The United States is a nation of immigrants. Throughout the history, immigrants have come here seeking a better way of life and have strengthened the nation in the process. Deciding to become a U.S. citizen is one of the most important decisions in a person’s life. If you decide to apply for for naturalization, you will be showing your commitment to the United States. You will also be showing your loyalty to its Constitution and its people. When you are naturalized, you agree to accept all of the responsibilities of being a citizen. In return, you are rewarded with all the rights and privileges that are part of citizenship.

Naturalization is the way immigrants become citizens of the United States. If you were not born a citizen, you must be naturalized to become one. Being a U.S. citizen is more than just a certificate, it is a perspective that is focused on equality and freedom. Progressing from green card ownership to citizenship provides much and also requires much, so make sure you consider what will be asked of you before applying.
Citizenship comes with a variety of benefits and rights such as the freedom of speech and religion as well as the right to vote, run for election, federal employment, a fair trial by jury.
Conversely, to whom much is given, much is required. Becoming a citizen also comes with a set of obligations that every American citizen needs to fulfill such as participation in the democratic process of voting, answering jury summons, paying taxes, and abiding by federal and state laws.


You may qualify for naturalization if:

  • You have maintained permanent residency within the U.S. and fulfilled all other requirements for eligibility.
  • You are the spouse of a U.S. citizen who has maintained permanent residency within the U.S. and fulfills all other requirements for eligibility.
  • You have served or continue to serve in the U.S. armed forces and fulfill all other requirements for eligibility.
  • Your child may be qualified for naturalization if you, the parent, are a U.S. citizen, the child was born in a foreign country, the child is presently in a foreign country, and fulfills all other requirements for eligibility.
  • The U.S. Citizenship and Immigration Services (USCIS) also requires that individuals applying for naturalization are:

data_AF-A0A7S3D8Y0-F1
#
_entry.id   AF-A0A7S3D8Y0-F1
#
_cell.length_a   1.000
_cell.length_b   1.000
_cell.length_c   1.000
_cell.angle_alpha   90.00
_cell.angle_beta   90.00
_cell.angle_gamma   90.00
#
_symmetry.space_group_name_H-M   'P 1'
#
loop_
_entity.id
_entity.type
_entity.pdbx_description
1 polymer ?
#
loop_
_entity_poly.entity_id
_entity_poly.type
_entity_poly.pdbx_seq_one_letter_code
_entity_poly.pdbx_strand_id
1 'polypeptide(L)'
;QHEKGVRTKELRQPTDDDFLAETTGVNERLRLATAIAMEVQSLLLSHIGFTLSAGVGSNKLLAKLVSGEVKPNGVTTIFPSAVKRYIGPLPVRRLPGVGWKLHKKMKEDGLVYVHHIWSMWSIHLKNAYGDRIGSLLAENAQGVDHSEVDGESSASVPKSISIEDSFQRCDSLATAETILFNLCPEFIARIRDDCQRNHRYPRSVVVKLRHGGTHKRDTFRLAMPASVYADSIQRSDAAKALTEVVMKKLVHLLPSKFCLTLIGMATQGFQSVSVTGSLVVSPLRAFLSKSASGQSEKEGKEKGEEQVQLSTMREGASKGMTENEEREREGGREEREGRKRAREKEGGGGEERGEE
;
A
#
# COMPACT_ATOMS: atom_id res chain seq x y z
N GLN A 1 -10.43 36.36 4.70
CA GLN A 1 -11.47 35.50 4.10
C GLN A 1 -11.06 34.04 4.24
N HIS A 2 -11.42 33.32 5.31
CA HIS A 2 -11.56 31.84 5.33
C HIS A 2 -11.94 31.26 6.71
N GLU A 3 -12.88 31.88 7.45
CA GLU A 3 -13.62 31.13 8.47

• A minimum of eighteen years of age
  • Residents who have been physically and continuously present in the United States for at least five years at the time of application
  • Of good merit and moral character

Good moral character is an umbrella term that takes your criminal history, financial integrity, and personal life into account. An immigration officer will review factors such as misdemeanors, felonies, taxes and your marriage to determine if you are a fit candidate for citizenship. A qualified naturalization lawyer can help you get from a green card to citizenship by helping you analyze which factors contribute to good moral character. An attorney can also determine what steps are necessary if any of these factors could keep you from becoming a citizen or interrupt your naturalization timeline.

There are several exceptions to the residency naturalization requirements if there was time spent outside the country. You may also qualify through other paths to naturalization if you do not qualify through the paths described above. However, if you spend more than a year outside the U.S., you may be in danger of violating your continuous presence. This may or may not have a negative effect on your citizenship eligibility, but the time spent abroad will not count toward your five years of continuous residence.
You must also live in the same district or state that you are applying toward in the 3 months leading up to your application. Each district is divided according to the USCIS service office that has jurisdiction in that area.


Our citizenship lawyers have assisted several green card holders with naturalization,  including many complex cases involving prior convictions. Generally, you can submit an application to become a U.S. citizen if you are at least 18 years old and you:

  • have been a permanent resident of the United States for five years; or
  • are married to a U.S. citizen for at least three years; or
  • are currently serving in the US military.

If you are a U.S. citizen who has a child that was born outside of the U.S. and currently lives in a foreign country, your child may also be qualified for naturalization. Additionally, you must satisfy the following requirements:

  • Satisfy physical presence requirements.
  • Evidence of good moral character;
  • Demonstrate knowledge and attachment to the U.S. Constitution; and
  • Ability to read and write basic English; and
  • Demonstrate knowledge of U.S. history and government

The USCIS provides an in-depth naturalization eligibility worksheet to help you conclude if you are qualified for citizenship both mentally and legally.

Application Process

Although the application process is complex, here’s a brief outline of how it works:

  • First, complete the citizenship application or N-400 form and send it to USCIS along with a copy of your green card, the required photos and a check for the processing fees. (Contact a citizenship attorney for help filing.)
  • Next, you’ll be required to attend the in-person interview. Depending on the backlog this could take several months to schedule. This interview will test your basic understanding of U.S. history and proficiency of English as well as your background and dedication to the United States.